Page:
Elmwood beach to be passive use
Updated: December 4, 2012 12:12PM
The property informally known as Elmwood beach will remain open to the public as some form of passive nature preserve, now that Wilmette trustees have unanimously endorsed that recommendation from the board’s municipal services committee.
The committee’s work is far from done, however. Chairman Cameron Krueger said one of its next tasks is to find funding that minimizes village spending – grant programs and voluntary donations for example – to create the preserve area.
It also must decide how the property, which runs from the end of Elmwood Avenue down an 80-foot-wide strip of property to the Lake Michigan shore, will be regulated. Although the board will adopt interim regulations next month to help control trespass and vandalism problems in the area, those will have to be succeeded by comprehensive permanent regulations.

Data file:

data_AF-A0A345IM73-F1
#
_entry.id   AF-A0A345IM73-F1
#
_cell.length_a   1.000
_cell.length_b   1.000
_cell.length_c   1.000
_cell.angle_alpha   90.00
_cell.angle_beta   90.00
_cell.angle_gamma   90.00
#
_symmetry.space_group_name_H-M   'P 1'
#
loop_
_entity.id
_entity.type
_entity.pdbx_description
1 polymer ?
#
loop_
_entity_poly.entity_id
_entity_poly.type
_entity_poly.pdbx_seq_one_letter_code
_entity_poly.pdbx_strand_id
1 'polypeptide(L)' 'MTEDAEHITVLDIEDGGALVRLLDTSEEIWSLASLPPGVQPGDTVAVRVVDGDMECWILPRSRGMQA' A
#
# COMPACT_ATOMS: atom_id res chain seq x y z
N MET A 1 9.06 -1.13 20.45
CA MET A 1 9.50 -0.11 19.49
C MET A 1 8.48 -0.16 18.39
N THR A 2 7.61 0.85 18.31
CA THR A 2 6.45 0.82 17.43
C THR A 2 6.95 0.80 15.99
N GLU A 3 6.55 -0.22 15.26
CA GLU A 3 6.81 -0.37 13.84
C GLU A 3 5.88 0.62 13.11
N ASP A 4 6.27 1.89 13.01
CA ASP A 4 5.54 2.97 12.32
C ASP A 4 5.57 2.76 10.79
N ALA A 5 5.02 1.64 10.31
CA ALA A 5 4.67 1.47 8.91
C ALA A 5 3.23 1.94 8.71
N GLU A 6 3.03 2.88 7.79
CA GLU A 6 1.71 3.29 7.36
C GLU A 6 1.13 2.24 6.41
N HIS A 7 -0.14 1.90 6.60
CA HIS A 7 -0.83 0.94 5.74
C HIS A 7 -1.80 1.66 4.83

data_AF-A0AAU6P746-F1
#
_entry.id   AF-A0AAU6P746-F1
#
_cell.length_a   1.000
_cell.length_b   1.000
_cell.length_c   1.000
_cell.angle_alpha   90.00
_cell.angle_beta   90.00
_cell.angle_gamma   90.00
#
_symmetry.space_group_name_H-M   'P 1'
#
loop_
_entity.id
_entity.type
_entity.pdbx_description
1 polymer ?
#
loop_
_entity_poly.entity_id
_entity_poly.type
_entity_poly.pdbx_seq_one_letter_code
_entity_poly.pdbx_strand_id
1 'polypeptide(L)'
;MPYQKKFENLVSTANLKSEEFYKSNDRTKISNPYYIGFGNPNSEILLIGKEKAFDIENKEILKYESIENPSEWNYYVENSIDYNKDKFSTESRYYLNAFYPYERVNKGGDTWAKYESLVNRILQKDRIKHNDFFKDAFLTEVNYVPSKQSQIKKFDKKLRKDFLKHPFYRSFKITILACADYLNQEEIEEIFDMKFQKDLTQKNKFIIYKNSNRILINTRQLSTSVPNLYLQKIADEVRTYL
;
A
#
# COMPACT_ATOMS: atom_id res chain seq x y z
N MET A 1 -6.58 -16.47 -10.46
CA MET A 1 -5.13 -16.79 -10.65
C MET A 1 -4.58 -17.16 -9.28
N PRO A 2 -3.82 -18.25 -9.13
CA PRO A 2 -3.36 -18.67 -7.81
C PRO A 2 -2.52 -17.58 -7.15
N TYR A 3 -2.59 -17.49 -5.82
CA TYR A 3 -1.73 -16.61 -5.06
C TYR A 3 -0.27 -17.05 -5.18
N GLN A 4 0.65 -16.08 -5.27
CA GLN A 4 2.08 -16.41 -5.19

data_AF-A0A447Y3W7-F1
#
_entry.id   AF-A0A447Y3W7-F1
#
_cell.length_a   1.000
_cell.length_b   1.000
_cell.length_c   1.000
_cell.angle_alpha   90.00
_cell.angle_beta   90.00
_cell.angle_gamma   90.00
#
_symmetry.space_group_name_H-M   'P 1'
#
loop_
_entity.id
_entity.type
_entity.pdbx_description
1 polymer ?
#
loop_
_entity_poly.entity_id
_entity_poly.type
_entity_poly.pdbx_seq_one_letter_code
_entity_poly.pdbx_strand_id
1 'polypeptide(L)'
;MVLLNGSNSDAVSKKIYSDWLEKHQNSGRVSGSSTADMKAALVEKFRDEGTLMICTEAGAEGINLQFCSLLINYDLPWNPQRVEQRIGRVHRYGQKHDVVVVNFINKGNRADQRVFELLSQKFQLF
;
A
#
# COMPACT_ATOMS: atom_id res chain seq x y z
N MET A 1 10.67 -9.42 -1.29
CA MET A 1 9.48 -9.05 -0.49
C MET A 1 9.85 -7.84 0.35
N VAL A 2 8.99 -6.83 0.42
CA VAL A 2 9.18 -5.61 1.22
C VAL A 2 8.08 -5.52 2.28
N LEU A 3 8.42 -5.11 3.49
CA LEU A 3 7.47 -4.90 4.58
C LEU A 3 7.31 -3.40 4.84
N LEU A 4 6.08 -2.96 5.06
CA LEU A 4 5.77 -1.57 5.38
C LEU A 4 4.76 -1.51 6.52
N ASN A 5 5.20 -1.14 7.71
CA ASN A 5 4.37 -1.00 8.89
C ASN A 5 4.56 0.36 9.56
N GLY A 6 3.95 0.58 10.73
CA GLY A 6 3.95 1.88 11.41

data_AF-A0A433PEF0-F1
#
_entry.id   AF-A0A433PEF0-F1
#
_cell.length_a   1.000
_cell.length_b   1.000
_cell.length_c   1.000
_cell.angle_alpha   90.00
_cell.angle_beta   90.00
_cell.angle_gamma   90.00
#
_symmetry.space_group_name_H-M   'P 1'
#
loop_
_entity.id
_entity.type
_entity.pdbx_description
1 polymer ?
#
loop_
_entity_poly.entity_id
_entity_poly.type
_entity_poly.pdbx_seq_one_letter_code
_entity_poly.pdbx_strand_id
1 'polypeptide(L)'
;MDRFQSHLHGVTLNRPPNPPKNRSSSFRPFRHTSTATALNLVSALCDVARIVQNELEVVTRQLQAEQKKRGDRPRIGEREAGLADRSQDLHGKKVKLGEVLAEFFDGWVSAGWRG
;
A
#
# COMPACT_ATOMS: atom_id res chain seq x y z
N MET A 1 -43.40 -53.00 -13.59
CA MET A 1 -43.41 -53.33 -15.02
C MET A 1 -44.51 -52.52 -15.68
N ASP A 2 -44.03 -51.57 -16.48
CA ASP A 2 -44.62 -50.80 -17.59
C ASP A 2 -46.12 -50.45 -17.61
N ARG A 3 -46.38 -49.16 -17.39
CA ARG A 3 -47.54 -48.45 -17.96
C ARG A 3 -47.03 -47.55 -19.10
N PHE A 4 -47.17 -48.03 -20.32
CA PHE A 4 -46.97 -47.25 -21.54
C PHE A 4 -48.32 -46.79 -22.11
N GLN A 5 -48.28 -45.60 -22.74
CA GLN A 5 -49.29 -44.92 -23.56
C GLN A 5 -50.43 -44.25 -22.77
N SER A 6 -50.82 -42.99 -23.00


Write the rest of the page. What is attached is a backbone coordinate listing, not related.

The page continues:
Wilmette will work with police and the Wilmette Park District to determine how to plug regulatory holes in village code by next summer, committee member Alan Swanson said. While the village is “equipped to be in the street business, we’re not equipped to be in the public recreation business,” she said.
Trustee Mike Basil, who isn’t a committee member, seconded the need for regulations.
Trustee Ted McKenna said he’d be happy if the village didn’t have to spend “a single dollar” on the project, even if there is $200,000 in next year’s municipal budget for capital project work.
Village resident Patrick Duffy, who has supported turning the land into some sort of public use, thanked the committee for its work and said there were many other financial sources available to tap.
Dan Ephraim, a resident of the small Michigan Avenue neighborhood near the property, opposed the decision, saying that it didn’t prohibit swimming on what he called the only remaining unfettered access beach.
Dennis Chookaszian, whose property borders the land to the north, has consistently lobbied Wilmette to vacate and split it between him and its neighbors to the immediate south in return for their voluntary payment. He did so again Tuesday, without success.
He said he and the Noyes family would be willing to keep the land as a passive preserve, and urged the board to put Elmwood’s future to a referendum question. After he insisted the land is worth $3 million to Wilmette, Krueger gently chastised him, reminding him “those are your figures.”~.